The beginning of Thor: The Dark World has audiences wondering whether or not they’ve entered into yet another Lord of the Rings installment. That’s because Anthony Hopkins’ Odin intones a preface to what otherwise is a lighthearted romp in such a way as to make us wonder about the state of humanity. Nonetheless, Thor rebounds from this weighty opening and proves itself worthy of the Avengers’ stable of stories.
Chris Hemsworth again proves himself an able and adroit hero as Thor, the golden-locked, hammer-wielding god who is loath to ascend Odin’s throne. He’s got the abs, the delts, the pecs—indeed, the whole anatomical package, but what makes his character so compelling is his innate humbleness and sense of humor. This is much in evidence in his interactions with his brother Loki (Tom Hiddleston), the bad son who, in The Avengers, attempted to take over the world, and who here is imprisoned in a sort of home-arrest hell until big bro Thor attempts to lure him to the good side. Much of what makes Thor: The Dark World so enjoyable is Hiddleston’s scrumptious depiction of that gleefully tormented antihero.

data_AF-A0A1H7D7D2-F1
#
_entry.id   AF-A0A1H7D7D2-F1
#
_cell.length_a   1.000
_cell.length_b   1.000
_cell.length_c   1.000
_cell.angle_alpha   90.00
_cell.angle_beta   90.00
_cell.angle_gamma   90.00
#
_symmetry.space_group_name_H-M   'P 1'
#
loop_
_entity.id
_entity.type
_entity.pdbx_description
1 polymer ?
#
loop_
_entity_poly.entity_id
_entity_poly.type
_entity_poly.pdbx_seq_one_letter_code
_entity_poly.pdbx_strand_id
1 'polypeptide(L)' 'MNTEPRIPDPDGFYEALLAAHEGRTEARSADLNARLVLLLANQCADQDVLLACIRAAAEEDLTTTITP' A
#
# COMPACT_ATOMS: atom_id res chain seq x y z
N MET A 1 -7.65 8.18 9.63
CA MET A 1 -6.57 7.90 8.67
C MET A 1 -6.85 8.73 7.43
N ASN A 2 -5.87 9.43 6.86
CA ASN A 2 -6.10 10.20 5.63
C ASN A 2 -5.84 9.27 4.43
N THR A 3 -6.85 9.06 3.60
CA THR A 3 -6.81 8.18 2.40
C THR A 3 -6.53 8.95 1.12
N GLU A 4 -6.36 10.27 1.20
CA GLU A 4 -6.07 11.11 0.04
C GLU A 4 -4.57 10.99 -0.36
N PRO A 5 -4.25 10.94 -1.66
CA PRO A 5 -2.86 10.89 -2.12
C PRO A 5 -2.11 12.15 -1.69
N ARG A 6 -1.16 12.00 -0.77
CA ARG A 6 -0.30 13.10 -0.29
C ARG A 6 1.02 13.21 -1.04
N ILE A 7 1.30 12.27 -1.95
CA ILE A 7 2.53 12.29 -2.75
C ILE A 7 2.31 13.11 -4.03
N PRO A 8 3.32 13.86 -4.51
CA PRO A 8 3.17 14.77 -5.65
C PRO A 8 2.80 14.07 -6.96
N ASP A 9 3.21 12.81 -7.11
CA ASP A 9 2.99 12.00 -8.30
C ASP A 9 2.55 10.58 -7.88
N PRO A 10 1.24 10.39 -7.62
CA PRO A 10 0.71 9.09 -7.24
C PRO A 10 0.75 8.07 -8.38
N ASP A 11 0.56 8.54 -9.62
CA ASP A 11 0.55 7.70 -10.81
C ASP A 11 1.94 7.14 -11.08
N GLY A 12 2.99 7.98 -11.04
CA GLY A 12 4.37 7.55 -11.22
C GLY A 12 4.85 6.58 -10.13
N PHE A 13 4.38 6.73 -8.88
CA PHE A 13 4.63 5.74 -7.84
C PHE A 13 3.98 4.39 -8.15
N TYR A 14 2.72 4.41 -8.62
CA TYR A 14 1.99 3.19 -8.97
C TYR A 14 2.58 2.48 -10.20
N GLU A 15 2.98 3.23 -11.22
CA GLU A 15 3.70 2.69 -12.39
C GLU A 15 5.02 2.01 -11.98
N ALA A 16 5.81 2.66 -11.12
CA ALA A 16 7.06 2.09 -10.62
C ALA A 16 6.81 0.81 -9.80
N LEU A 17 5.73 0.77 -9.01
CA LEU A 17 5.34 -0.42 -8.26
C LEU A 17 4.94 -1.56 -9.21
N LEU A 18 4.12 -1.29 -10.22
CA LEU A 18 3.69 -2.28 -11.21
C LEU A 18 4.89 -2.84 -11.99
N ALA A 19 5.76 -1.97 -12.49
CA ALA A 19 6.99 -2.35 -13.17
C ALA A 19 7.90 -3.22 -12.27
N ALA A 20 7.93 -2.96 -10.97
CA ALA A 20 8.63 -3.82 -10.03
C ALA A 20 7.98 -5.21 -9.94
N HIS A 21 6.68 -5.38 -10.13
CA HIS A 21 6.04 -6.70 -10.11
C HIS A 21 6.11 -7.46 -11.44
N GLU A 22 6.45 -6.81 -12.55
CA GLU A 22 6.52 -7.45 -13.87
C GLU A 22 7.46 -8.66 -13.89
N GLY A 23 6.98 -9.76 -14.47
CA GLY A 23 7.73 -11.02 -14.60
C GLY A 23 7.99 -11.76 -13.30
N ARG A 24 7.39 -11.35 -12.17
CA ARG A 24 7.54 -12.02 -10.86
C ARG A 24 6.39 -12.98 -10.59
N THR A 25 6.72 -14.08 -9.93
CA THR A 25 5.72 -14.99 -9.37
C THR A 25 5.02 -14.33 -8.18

The movie delves into that usual superhero theme of somebody bad trying to take over the world, and in this case it’s a bunch of Dark Elves, led by Christopher Eccleston, who have it in for Odin and his realm. Scientist Jane Foster (Natalie Portman) ends up inhaling a substance called aether, which is essential for the Elves’ plan of world domination. The fact that Jane and Thor don’t have much chemistry between them is beside the point—the action involving Thor, Loki, Jane and their minions more than makes up for the lack of romantic subplot.
Like its Avengers predecessors, Thor works largely because of its ability to blend a lot of humor into its core battle of good versus evil. For every momentous battle, such as that between Thor’s mother (Rene Russo) and the dark side, there are great instances of sly cheek and humanity, such as Thor hanging his hammer on Jane’s coat rack, Jane’s assistant (Kat Denning) struggling to maintain some sense of balance as all else falls by the wayside, and Thor boarding the London tube mid-battle. Hemsworth’s ability to carry the mantle of a superhero at the same time as being somewhat self-deprecating and humble aids immensely to making Thor: The Dark World as pleasurable as it is.